Picture of the Month: ECG T-Shirts From the Peter L. Reichertz Institute for Medical Informatics
Our picture of the month April 2022 does not show a landscape on a distant planet, but a special fabric. The piece of fabric, which measures about four by two centimetres, can be found in various places on the inside of a so-called ECG T-shirt. It is used to measure an electrocardiogram (ECG) without the patients noticing anything. The Peter L. Reichertz Institute for Medical Informatics (PLRI) at Technische Universität Braunschweig and the Medizinische Hochschule Hannover is using this to research the future of health monitoring.
An ECG represents the electrical activity of the heart and is usually measured on an outpatient basis by the family doctor or as an inpatient in hospital. However, this approach entails some problems: On the one hand, the measurement with classic ECG measuring devices only lasts a few seconds and therefore only represents a snapshot. Moreover, the patients are in a state of rest during the measurement. Activity is not measured when they are moving.
“To make matters worse, the results are often printed out and not stored digitally. It is therefore difficult to analyse them again to monitor their progress,” explains Dr Nicolai Spicher from the PLRI. In the long run, the devices with their sensors are uncomfortable to wear. ECG T-shirts, on the other hand, as already offered by commercial providers, are much more comfortable to wear and offer more extensive possibilities for analysing the measured data.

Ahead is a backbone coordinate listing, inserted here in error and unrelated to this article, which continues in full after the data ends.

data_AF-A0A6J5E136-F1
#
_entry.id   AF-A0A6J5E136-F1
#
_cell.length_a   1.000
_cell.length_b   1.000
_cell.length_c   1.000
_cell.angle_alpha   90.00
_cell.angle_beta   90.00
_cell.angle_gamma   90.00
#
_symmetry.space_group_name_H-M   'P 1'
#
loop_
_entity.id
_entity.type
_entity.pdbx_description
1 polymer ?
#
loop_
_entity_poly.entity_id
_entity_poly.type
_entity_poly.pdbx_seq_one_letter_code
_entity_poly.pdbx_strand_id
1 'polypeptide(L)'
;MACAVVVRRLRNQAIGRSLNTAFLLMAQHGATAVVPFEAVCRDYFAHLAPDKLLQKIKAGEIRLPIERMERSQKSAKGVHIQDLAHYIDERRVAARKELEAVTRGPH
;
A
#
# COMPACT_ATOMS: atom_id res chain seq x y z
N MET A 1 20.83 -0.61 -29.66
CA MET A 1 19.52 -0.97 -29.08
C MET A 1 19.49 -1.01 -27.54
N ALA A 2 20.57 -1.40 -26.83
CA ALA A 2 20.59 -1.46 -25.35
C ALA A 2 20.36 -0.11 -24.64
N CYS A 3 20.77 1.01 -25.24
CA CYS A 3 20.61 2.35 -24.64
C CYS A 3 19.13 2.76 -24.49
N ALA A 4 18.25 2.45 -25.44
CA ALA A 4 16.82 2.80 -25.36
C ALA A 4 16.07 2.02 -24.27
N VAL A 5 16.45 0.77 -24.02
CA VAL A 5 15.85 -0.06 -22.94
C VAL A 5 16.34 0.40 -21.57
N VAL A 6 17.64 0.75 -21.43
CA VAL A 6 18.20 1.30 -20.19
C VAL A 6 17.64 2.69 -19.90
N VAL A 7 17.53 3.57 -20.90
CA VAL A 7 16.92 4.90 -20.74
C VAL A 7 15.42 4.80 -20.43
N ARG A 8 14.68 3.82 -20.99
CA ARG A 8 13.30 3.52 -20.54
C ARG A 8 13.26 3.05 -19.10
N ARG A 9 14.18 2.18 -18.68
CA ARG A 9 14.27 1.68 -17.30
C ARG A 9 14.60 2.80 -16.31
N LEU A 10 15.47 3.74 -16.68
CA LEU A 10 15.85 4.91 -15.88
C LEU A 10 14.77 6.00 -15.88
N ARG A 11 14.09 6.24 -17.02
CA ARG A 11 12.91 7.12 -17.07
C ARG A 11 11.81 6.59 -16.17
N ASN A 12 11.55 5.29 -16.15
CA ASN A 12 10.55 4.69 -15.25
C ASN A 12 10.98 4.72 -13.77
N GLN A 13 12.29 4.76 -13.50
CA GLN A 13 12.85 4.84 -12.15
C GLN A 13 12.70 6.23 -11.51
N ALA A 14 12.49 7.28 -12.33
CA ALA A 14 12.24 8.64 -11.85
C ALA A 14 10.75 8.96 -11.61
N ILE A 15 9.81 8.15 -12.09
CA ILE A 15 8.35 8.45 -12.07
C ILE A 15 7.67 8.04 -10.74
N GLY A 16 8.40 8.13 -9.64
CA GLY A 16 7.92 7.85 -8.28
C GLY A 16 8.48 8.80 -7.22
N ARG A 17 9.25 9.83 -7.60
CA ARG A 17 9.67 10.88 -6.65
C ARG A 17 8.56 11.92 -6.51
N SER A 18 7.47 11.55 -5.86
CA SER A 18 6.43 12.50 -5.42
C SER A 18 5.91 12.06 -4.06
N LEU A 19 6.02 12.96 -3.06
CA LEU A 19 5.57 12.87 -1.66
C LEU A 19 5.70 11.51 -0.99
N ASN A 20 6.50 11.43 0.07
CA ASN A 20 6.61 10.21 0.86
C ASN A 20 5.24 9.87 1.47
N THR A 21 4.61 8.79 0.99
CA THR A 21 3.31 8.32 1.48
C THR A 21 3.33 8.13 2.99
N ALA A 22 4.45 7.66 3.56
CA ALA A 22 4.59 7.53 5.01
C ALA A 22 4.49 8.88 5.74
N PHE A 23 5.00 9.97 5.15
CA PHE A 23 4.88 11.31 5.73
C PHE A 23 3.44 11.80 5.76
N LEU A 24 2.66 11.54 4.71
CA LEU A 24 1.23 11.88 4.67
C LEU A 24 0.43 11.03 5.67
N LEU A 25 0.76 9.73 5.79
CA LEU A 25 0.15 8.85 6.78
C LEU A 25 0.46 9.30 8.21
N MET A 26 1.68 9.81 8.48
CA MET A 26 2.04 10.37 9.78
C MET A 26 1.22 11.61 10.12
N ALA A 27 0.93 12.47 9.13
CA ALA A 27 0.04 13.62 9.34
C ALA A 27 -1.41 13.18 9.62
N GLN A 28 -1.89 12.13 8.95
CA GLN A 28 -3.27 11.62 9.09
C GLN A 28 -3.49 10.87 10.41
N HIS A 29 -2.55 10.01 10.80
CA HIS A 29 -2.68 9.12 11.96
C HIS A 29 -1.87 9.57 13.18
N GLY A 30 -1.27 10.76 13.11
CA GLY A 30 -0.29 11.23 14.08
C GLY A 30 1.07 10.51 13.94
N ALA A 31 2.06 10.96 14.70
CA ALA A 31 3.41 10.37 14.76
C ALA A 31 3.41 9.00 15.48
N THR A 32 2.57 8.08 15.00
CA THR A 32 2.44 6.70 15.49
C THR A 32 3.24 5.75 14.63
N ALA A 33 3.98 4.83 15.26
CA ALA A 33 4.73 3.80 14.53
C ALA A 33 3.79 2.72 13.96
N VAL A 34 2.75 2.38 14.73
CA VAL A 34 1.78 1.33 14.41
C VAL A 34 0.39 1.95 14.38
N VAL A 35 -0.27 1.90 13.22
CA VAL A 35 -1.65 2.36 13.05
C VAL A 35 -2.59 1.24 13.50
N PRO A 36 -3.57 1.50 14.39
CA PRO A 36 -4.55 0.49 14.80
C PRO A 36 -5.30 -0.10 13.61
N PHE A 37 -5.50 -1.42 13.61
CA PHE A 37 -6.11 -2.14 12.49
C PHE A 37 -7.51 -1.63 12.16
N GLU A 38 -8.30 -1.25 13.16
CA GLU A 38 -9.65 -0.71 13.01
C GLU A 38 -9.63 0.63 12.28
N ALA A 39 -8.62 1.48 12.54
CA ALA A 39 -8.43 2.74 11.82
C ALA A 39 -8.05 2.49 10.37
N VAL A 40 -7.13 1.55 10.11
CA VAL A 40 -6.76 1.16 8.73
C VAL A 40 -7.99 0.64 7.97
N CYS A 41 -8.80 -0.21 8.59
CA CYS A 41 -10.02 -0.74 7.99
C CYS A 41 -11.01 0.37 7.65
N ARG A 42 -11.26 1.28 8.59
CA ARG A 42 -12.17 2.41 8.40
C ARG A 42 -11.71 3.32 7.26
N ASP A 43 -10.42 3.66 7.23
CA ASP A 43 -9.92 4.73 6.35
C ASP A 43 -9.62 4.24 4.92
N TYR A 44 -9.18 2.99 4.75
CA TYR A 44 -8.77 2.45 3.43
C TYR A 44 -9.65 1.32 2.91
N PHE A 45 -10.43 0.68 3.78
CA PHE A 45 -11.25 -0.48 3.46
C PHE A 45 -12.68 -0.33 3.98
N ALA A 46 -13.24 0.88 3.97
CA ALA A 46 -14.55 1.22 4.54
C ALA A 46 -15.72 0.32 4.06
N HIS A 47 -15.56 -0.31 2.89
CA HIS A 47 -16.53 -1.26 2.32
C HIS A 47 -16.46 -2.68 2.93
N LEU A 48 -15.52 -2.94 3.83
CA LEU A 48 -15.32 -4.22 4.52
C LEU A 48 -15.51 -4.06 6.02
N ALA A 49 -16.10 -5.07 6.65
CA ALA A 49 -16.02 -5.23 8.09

Continuous health monitoring, in the private environment as well
With the help of the ECG T-shirts, scientists at the PLRI are working on implementing health monitoring not only in a controlled medical environment, but also in a private environment – and doing it around the clock. As part of the 5G Living Lab in the mobility region of Braunschweig-Wolfsburg, funded by the Federal Ministry for Digital and Transport (BMDV), they are investigating how this can be implemented with the help of the new mobile communications standard 5G, portable sensors – so-called “wearables” – and targeted algorithms.
“The Institute for Communications Technology (IfN) at TU Braunschweig is contributing its expertise in the field of modelling and simulation of mobile radio systems to the research project,” says Spicher. “This will allow us to evaluate, first by simulation and then by experiment, the extent to which the new 5G standard offers added value compared to wired or previous mobile radio standards.” For example, they have already been able to jointly evaluate the efficiency of the 5G network in transmitting medical image material. Future work will investigate how efficient it is for transmitting ECG data.
To ensure that the solutions developed can also find their way into practice in the sense of a living laboratory, scientists from the Institute of Automotive Management and Industrial Production are also involved in the research project. “The colleagues are investigating how different interest groups, such as medical experts or interested patients, can be involved and how a successful interaction between science and practice can be realised,” explains Dr. Nicolai Spicher.
A large field test with fifty ECG T-shirts is to take place in Braunschweig in the summer. The first results will then be available.